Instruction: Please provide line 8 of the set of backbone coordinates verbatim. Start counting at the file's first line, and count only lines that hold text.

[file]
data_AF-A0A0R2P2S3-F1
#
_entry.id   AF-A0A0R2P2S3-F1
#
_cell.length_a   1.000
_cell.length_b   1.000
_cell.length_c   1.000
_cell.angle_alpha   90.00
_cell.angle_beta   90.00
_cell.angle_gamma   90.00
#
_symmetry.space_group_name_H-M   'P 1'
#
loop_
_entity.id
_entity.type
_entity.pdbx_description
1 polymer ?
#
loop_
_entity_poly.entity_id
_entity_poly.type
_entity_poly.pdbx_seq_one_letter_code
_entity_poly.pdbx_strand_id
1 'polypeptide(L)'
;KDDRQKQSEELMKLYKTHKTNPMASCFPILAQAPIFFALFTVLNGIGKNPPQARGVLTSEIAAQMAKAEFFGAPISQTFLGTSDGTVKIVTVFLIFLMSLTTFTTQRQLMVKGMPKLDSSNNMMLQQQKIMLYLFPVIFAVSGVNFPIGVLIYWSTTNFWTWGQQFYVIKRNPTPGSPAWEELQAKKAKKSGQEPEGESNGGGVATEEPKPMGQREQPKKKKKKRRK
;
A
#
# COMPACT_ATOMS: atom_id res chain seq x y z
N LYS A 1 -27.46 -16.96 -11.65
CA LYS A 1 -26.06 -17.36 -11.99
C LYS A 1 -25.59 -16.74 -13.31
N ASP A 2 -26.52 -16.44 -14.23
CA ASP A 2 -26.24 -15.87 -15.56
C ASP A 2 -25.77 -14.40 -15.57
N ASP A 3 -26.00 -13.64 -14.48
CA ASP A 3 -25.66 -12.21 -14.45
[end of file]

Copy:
_cell.angle_alpha   90.00